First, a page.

Growing parade of conservatives backing Obama
An increasing number of disaffected Republicans fed up with what they see as President Bush's broken promises and unimpressed with John McCain say they may be switching teams in November to vote for Democratic candidate Barack Obama.
Among the reformed righties now hoping for an Obama victory are free-market economist David Friedman, former Reagan aide Douglas Kmiec, Contract With America co-author Larry Hunter and Susan Eisenhower, granddaughter of the former president.
Bush's "view of the legitimate power of the executive branch, including the authority to deliberately violate federal law, I find frightening," Friedman, son of Nobel Prize-winning economist Milton Friedman tells the San Francisco Chronicle. "Perhaps, if we are lucky, Obama will turn out to be the anti-Bush."
"The untold story of the Bush administration is the deliberate annihilation of the Reaganite, small-government wing of the Republican Party," said Michael Greve, director of the Federalism Project at the American Enterprise Institute, a conservative think tank. "A lot of people are very bitter about it."
Many conservatives and their brethren, the free-market, socially liberal libertarians, are deeply skeptical of Obama's rhetorical flirtations with free-market ideas and view his policies as orthodox liberalism. Yet one measure of their rupture with the GOP is their open disregard for Republican nominee John McCain and their now almost-wistful view of a president the Republicans tried to impeach.
"When he leaves the room, everybody thinks he just agreed with them," Greve said of Obama. "We don't know if you're really buying a pig in a poke here. It could be the second coming of the Clinton administration. If people have any confidence in that, I think a whole lot of conservatives would vote for him."
Since emerging as winner of the Democratic primaries, Obama's rhetoric has emphasized some of his positions that may be more attractive to disaffected Republicans, such as his support for some faith-based social programs, while his positions on the war and limitations of executive power make him a better choice than McCain for some libertarians.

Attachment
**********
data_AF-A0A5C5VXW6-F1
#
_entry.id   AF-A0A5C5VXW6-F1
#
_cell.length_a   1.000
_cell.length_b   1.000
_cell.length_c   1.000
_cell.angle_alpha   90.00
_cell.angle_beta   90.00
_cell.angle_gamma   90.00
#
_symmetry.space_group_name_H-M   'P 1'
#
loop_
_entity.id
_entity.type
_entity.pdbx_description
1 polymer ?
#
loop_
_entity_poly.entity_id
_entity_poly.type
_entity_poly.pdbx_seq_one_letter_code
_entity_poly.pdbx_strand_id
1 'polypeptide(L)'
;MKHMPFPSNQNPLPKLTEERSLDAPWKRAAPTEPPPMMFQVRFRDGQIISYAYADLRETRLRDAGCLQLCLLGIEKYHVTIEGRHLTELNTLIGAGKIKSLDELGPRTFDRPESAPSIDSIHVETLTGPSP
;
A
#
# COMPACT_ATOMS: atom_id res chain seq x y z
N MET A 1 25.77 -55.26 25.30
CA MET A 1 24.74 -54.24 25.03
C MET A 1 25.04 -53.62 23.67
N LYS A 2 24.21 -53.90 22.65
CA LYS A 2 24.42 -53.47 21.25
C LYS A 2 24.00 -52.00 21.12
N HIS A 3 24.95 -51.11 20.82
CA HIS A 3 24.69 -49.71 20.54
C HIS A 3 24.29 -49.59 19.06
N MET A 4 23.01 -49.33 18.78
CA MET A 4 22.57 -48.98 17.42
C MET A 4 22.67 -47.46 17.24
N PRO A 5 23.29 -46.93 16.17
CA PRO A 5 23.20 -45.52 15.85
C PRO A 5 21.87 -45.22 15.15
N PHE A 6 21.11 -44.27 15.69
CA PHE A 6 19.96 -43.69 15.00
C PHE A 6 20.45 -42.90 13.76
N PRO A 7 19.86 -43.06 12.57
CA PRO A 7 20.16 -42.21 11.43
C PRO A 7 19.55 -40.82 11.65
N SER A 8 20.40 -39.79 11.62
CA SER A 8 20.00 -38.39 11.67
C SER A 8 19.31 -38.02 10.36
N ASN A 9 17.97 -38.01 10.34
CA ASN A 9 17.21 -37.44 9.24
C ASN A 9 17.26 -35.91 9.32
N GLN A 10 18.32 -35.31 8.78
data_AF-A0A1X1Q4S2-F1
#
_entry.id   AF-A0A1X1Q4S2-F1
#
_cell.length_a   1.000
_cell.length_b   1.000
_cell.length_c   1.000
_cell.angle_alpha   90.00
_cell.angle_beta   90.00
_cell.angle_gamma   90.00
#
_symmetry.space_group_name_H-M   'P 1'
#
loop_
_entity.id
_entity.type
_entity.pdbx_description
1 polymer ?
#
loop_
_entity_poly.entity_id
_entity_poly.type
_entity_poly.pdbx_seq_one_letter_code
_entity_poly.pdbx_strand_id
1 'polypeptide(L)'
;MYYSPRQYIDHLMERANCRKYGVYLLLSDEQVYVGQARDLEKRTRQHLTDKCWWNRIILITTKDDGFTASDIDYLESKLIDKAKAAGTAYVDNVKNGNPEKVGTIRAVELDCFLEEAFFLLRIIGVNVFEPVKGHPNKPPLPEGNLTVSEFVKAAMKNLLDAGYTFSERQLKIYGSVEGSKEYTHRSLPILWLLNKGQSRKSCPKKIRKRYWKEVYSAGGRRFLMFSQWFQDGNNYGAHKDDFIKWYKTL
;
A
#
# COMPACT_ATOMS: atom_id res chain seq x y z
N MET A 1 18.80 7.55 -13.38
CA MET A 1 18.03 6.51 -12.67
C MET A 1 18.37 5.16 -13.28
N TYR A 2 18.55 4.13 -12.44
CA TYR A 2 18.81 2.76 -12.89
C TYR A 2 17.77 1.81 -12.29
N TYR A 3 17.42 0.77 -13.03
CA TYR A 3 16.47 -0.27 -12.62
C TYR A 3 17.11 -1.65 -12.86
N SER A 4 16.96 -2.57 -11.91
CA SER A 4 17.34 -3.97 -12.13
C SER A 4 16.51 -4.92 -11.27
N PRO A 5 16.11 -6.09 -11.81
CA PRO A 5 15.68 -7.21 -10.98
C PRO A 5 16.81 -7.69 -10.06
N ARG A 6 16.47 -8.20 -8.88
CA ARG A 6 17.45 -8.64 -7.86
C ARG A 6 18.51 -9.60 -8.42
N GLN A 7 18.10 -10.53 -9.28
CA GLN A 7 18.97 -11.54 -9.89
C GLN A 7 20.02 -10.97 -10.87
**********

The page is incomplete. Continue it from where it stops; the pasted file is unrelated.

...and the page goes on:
"I do know libertarians who think Obama is the Antichrist, that he's farther left than John Kerry, much farther left than Bill Clinton, and you'd clearly have to be insane to vote for this guy," David Boaz, executive vice president of the libertarian Cato Institute, tells the Chronicle. "But there are libertarians who say, 'Oh yeah? Do you think Obama will increase spending by $1 trillion, because that's what Republicans did over the past two presidential terms. So really, how much worse can he be?' And there are certainly libertarians who think Obama will be better on the war and on foreign policy, on executive power and on surveillance than McCain."
At the same time, Obama's recent shifting position on a wiretapping bill has upset ardent civil liberties advocates, leaving Libertarian candidate Bob Barr to seek their votes.
Overall, though, Obama seems to be building a coalition of supporters from across the political spectrum, including conservatives ("Obamacons") and Republicans ("Obamacans"). Eisenhower said his candidacy was a continuation of the ideals her grandfather cherished.
"The biggest barrier to rolling up our sleeves and preparing for a better future is our own apathy, fear or immobility. We have been living in a zero-sum political environment where all heads have been lowered to avert being lopped off by angry, noisy extremists," she wrote in a February essay in the Washington Post. "I am convinced that Barack Obama is the one presidential candidate today who can encourage ordinary Americans to stand straight again; he is a man who can salve our national wounds and both inspire and pursue genuine bipartisan cooperation. Just as important, Obama can assure the world and Americans that this great nation's impulses are still free, open, fair and broad-minded."